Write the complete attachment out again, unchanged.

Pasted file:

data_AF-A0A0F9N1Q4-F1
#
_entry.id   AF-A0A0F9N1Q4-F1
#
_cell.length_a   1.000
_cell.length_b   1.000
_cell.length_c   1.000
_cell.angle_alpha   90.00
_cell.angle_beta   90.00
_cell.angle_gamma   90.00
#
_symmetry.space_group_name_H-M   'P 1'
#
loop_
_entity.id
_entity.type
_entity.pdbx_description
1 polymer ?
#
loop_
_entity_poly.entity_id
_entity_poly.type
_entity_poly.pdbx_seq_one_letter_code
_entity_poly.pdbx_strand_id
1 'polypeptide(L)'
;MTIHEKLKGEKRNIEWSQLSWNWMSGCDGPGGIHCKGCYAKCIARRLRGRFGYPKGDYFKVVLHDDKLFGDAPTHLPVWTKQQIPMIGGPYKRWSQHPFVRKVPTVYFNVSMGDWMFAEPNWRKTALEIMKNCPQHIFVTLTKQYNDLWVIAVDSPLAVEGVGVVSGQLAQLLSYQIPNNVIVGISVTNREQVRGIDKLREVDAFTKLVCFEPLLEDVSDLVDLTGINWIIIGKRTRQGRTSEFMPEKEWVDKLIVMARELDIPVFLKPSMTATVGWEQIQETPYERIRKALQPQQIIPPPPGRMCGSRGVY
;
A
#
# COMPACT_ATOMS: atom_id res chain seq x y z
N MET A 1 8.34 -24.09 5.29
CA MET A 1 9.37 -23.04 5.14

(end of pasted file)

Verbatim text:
data_AF-A0A0F9N1Q4-F1
#
_entry.id   AF-A0A0F9N1Q4-F1
#
_cell.length_a   1.000
_cell.length_b   1.000
_cell.length_c   1.000
_cell.angle_alpha   90.00
_cell.angle_beta   90.00
_cell.angle_gamma   90.00
#
_symmetry.space_group_name_H-M   'P 1'
#
loop_
_entity.id
_entity.type
_entity.pdbx_description
1 polymer ?
#
loop_
_entity_poly.entity_id
_entity_poly.type
_entity_poly.pdbx_seq_one_letter_code
_entity_poly.pdbx_strand_id
1 'polypeptide(L)'
;MTIHEKLKGEKRNIEWSQLSWNWMSGCDGPGGIHCKGCYAKCIARRLRGRFGYPKGDYFKVVLHDDKLFGDAPTHLPVWTKQQIPMIGGPYKRWSQHPFVRKVPTVYFNVSMGDWMFAEPNWRKTALEIMKNCPQHIFVTLTKQYNDLWVIAVDSPLAVEGVGVVSGQLAQLLSYQIPNNVIVGISVTNREQVRGIDKLREVDAFTKLVCFEPLLEDVSDLVDLTGINWIIIGKRTRQGRTSEFMPEKEWVDKLIVMARELDIPVFLKPSMTATVGWEQIQETPYERIRKALQPQQIIPPPPGRMCGSRGVY
;
A
#
# COMPACT_ATOMS: atom_id res chain seq x y z
N MET A 1 8.34 -24.09 5.29
CA MET A 1 9.37 -23.04 5.14